There are loads of screenshot utilities available for Linux, and many of them are very good. That’s why it seems sort of odd that none of them are capable of taking a screenshot of the login screen. That’s really just not how Linux works.
There are a couple of ways to get that illusive screenshot, though. One is much easier than the other, but it doesn’t allow you to capture your customized screen. The second option is more involved, but it can grab a shot of just about any login screen. Whichever way you choose, it’s entirely possible to take full resolution images of your Linux login screen.
Before you get into this process, it’s much easier to just take a screenshot of a virtual machine. If you’re running virtual machines on your system, especially if you’re using virt-manager or VirtualBox, you can easily take a screenshot using the utilities built in to those applications. There really isn’t a need to go any deeper.
With a Script
Warning: This method does not work with any system running Wayland. As of now, that includes a lot of distributions running GNOME, including Ubuntu. If you have GNOME and Wayland, the virtual machine method is best.
There is a way to take a screenshot of the login screen from within the same system, though. It’s just a bit more involved, and you need to write a short script to do it. This guide assumes that you’re using some variant of Ubuntu or Debian, but you can certainly adapt it to other systems. All of this is fairly universal.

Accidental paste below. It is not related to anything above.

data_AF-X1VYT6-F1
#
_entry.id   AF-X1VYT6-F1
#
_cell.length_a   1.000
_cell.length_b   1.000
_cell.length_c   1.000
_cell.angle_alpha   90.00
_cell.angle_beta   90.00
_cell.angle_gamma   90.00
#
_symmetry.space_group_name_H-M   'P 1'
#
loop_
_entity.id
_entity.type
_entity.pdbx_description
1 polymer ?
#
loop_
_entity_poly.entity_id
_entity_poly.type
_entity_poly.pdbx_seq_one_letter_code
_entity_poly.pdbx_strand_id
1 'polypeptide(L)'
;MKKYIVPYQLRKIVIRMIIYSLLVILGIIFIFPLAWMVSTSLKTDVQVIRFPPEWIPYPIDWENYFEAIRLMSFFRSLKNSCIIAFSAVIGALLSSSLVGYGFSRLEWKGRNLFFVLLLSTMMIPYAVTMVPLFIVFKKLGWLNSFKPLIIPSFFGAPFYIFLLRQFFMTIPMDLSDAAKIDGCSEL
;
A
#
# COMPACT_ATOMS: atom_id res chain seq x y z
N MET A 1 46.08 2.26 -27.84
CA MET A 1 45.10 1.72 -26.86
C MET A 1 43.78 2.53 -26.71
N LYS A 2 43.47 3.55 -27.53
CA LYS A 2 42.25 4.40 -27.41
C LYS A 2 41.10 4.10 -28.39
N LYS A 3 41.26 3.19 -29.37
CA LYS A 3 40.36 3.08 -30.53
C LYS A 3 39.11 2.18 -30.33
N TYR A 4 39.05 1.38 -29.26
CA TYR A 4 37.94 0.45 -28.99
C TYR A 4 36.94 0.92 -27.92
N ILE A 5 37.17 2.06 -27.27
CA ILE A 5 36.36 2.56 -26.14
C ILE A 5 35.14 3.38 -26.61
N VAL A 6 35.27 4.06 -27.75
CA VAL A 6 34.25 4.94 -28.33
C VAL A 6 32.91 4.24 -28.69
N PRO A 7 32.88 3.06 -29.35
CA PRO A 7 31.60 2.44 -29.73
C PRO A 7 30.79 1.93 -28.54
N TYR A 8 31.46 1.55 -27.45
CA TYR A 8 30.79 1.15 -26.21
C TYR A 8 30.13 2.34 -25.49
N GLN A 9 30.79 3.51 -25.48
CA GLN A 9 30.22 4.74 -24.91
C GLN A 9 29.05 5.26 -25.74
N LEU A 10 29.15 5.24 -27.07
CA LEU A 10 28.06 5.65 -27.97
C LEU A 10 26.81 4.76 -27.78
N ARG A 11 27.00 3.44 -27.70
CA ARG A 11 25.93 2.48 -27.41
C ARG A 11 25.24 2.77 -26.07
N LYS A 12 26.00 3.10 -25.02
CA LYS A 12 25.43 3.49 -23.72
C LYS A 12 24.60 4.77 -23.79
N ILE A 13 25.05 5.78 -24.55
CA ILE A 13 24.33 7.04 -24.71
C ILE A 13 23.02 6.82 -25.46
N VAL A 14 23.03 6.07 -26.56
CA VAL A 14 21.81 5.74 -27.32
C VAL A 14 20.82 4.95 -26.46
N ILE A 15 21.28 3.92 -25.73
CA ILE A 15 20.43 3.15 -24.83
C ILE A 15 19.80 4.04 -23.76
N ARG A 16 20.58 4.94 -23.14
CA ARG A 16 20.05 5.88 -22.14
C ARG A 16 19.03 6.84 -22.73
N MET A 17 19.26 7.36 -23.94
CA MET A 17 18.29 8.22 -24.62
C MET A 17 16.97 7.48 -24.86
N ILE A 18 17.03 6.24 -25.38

The script that you’re going to write requires a common application called ImageMagick. It’s so common that it might already be installed on your system. Either way, try installing it before you do anything else.
Create Your Script
Now that you have ImageMagick, you can create your script. It’s relatively short, and it’s designed to use ImageMagick to take a screenshot of a specific application. In this case, it’s your login manager. On current Ubuntu and Debian systems, that login manager is GDM.
Open the text editor of your choosing and create a new file for your script. You can name it anything, just give it the “.sh” extension. Make that file look like the example below.
If you’re using an Ubuntu system that’s still using Unity, or you’re on a different desktop environment, you probably have the LightDM manager instead. The script for that one looks a bit different.
That’s it. Save your file and exit. Before you can run your file, make sure that’s executable.
Take the Shot
Unfortunately, you can’t just run that script. You need to make sure that the login screen is up, and still have access to a terminal. There are a couple of ways to do that. If you’d prefer SSH, you probably already know what to do. If not, you can follow these steps.
1. First, log out. Once you see the login screen, press Ctrl + Alt + F1. That will take you to the terminal.
2. Now that you’re in the terminal, log in to your user account. Then, change into the directory with your script and run it.
The last part of that command directs the output of the command into a file. That file is the screenshot.
Convert the Format
The last step of this process requires that you convert the file format to something more usable. ImageMagick has you covered there. It has built-in commands to help you convert the image. Remember to change the ownership of the image first.
Now, press Ctrl + Alt + F7 to return to your normal desktop. You’ll find your converted screenshot in the same directory where you created your script.